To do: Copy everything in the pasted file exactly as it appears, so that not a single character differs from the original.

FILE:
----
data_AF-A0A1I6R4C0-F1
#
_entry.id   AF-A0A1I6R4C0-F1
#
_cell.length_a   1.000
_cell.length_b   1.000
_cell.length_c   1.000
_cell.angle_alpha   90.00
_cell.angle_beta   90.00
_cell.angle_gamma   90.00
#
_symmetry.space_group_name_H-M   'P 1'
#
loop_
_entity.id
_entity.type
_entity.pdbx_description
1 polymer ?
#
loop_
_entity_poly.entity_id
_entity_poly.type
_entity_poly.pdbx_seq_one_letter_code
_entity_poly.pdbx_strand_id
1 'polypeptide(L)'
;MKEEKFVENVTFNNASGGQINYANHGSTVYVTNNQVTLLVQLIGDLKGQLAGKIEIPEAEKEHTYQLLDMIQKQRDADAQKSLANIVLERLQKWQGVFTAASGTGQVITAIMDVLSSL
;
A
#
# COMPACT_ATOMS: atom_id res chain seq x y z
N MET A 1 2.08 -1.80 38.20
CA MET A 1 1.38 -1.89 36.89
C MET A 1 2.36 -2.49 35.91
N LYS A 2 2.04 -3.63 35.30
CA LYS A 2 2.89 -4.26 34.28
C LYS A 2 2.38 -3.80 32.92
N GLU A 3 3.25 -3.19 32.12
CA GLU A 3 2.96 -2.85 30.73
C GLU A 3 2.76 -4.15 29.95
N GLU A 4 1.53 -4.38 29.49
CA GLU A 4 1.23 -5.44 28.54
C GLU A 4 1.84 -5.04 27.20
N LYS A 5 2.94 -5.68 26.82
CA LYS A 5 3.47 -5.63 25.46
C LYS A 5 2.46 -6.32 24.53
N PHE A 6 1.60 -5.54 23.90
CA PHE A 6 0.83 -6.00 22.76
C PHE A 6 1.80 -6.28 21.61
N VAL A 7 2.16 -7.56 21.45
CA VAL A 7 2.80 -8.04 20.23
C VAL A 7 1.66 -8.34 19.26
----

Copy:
data_AF-A0A1I6R4C0-F1
#
_entry.id   AF-A0A1I6R4C0-F1
#
_cell.length_a   1.000
_cell.length_b   1.000
_cell.length_c   1.000
_cell.angle_alpha   90.00
_cell.angle_beta   90.00
_cell.angle_gamma   90.00
#
_symmetry.space_group_name_H-M   'P 1'
#
loop_
_entity.id
_entity.type
_entity.pdbx_description
1 polymer ?
#
loop_
_entity_poly.entity_id
_entity_poly.type
_entity_poly.pdbx_seq_one_letter_code
_entity_poly.pdbx_strand_id
1 'polypeptide(L)'
;MKEEKFVENVTFNNASGGQINYANHGSTVYVTNNQVTLLVQLIGDLKGQLAGKIEIPEAEKEHTYQLLDMIQKQRDADAQKSLANIVLERLQKWQGVFTAASGTGQVITAIMDVLSSL
;
A
#
# COMPACT_ATOMS: atom_id res chain seq x y z
N MET A 1 2.08 -1.80 38.20
CA MET A 1 1.38 -1.89 36.89
C MET A 1 2.36 -2.49 35.91
N LYS A 2 2.04 -3.63 35.30
CA LYS A 2 2.89 -4.26 34.28
C LYS A 2 2.38 -3.80 32.92
N GLU A 3 3.25 -3.19 32.12
CA GLU A 3 2.96 -2.85 30.73
C GLU A 3 2.76 -4.15 29.95
N GLU A 4 1.53 -4.38 29.49
CA GLU A 4 1.23 -5.44 28.54
C GLU A 4 1.84 -5.04 27.20
N LYS A 5 2.94 -5.68 26.82
CA LYS A 5 3.47 -5.63 25.46
C LYS A 5 2.46 -6.32 24.53
N PHE A 6 1.60 -5.54 23.90
CA PHE A 6 0.83 -6.00 22.76
C PHE A 6 1.80 -6.28 21.61
N VAL A 7 2.16 -7.56 21.45
CA VAL A 7 2.80 -8.04 20.23
C VAL A 7 1.66 -8.34 19.26